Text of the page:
The Democratic National Committee is seeking to avoid the disaster that was the 2016 Democratic presidential primary. Former DNC Chair Debbie Wasserman Schultz was berated for months for limiting the number of Democratic debates to six, a decision which clearly favored candidate Hillary Clinton, who enjoyed both clout and name recognition. Others, like Sen. Bernie Sanders (I-VT), had to fight to be noticed. Voters booed Democratic leadership for essentially silencing their preferred candidates.
The candidates should be getting a fairer shot in the primary process in 2020, with the DNC having scheduled double the amount of debates. Yet, because of the vast amount of candidates, still not everyone will get a spot on the stage. The committee's new criteria for debate participation asks for candidates to reach a certain threshold in either polling or grassroots fundraising. Only the top 20 will make it and if necessary, the debate will be stretched to two nights.
“We’ve spent months working with media partners to provide this unprecedented opportunity for candidates and voters to get to know each other,” DNC Chair Tom Perez said. “Because campaigns are won on the strength of their grassroots, we also updated the threshold, giving all types of candidates the opportunity to reach the debate stage and giving small-dollar donors a bigger voice in the primary than ever before.”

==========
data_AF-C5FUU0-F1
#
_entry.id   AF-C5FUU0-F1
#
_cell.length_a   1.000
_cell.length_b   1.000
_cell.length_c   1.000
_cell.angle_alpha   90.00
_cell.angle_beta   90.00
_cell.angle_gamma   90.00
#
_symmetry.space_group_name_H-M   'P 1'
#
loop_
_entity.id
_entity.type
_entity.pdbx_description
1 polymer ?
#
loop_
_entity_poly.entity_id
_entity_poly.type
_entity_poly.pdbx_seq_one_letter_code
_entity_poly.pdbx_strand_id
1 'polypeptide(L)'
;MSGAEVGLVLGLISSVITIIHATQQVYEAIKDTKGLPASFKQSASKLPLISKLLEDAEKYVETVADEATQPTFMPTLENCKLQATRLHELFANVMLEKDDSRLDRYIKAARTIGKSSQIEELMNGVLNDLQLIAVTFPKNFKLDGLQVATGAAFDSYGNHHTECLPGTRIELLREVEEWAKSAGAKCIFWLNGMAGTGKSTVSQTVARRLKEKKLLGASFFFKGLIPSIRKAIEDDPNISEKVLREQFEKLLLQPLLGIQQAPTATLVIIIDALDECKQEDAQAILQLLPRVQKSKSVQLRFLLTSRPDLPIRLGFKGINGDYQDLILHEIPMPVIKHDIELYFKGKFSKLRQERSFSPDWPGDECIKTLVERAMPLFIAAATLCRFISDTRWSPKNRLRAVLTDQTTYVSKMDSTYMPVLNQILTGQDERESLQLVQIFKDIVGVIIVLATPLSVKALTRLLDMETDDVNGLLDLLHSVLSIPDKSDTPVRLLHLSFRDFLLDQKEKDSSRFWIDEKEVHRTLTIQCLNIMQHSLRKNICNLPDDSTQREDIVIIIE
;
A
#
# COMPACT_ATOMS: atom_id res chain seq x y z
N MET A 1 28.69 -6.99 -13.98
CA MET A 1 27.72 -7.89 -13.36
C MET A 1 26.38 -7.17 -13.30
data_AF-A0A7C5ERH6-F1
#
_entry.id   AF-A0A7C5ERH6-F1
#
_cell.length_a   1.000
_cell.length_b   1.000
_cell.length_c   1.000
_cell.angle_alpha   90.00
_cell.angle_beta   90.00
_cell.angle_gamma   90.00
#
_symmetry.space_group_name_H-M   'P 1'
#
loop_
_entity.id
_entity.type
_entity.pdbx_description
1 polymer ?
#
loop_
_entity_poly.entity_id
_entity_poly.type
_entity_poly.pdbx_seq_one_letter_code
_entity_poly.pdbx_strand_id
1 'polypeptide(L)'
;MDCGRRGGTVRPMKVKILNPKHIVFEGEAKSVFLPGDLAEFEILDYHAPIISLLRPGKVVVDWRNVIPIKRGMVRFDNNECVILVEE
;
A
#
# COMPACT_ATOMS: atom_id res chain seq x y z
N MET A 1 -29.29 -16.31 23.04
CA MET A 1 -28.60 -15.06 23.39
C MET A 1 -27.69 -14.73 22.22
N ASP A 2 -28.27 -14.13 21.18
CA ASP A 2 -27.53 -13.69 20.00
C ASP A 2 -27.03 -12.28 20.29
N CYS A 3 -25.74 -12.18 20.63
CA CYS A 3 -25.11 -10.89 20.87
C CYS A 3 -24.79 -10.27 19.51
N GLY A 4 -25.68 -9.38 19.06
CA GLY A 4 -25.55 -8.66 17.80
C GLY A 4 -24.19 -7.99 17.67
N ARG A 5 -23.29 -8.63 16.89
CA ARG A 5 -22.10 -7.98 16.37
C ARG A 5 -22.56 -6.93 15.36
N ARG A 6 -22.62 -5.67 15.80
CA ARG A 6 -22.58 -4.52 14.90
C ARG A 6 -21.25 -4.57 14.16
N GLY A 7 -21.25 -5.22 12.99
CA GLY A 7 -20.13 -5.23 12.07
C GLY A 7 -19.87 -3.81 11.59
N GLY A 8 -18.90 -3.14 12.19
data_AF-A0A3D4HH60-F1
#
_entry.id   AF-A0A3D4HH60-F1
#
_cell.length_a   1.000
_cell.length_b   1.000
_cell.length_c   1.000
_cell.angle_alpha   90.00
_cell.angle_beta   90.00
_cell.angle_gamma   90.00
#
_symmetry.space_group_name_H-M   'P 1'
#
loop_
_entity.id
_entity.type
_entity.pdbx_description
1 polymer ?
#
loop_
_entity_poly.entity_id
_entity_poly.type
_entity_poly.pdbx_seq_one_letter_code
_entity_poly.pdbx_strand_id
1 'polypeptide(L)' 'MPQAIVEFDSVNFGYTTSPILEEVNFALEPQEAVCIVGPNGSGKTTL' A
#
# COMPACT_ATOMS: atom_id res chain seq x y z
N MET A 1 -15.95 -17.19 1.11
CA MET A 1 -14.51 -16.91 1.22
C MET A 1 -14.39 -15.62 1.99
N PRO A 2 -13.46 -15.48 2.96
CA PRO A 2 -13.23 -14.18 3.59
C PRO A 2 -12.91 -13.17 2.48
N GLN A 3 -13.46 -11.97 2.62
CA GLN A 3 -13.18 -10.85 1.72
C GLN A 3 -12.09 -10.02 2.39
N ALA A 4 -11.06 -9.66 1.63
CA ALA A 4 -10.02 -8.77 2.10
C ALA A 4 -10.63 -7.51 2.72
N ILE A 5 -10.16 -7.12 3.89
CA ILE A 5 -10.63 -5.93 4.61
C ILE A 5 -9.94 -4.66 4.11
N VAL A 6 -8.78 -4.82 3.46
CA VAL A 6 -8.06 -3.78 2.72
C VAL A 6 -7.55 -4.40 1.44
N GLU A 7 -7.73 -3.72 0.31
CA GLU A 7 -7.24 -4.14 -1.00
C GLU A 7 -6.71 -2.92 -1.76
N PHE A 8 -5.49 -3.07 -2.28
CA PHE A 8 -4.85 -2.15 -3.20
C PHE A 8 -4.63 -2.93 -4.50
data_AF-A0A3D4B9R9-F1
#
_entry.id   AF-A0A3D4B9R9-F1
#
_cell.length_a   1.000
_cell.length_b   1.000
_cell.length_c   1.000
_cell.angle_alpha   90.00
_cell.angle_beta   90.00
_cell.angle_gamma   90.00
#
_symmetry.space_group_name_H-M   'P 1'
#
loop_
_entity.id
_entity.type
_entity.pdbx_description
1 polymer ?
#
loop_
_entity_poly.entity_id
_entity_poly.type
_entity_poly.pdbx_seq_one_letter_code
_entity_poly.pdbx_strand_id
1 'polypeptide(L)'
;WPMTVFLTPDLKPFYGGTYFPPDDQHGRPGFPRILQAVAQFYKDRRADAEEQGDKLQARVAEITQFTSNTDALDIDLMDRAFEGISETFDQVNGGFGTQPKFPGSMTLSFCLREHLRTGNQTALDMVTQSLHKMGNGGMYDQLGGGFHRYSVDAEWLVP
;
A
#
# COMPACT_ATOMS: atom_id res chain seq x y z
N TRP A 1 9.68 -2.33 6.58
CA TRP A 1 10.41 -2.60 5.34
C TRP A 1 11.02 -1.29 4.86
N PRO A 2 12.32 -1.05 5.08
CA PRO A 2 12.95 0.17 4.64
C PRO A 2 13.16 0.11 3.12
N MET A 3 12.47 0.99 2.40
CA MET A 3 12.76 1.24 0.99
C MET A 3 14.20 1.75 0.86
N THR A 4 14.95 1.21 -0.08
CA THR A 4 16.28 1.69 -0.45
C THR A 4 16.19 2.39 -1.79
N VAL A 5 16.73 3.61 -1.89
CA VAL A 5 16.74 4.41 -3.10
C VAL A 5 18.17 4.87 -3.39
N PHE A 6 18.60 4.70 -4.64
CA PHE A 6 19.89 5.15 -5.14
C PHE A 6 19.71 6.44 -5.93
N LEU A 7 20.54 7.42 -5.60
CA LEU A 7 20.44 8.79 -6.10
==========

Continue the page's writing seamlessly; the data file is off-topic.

Donna Brazile wrote a whole book about the preferential treatment she witnessed while serving as the DNC's interim chair in 2016. For instance, the committee entered into a joint fundraising agreement with the Clinton campaign that allowed them to "control" the DNC's funds.
It was revealed on Thursday that NBC News, MSNBC and Telemundo will be hosting the first Democratic presidential primary debate in June 2019.
NBC News chairman Andy Lack congratulated his team and he promised voters they can expect a fair, formidable contest.
“Our coverage will reflect what the American people have come to expect of us: a substantive, rigorous, and inclusive examination of the candidates’ views across the most important issues," he wrote in a memo.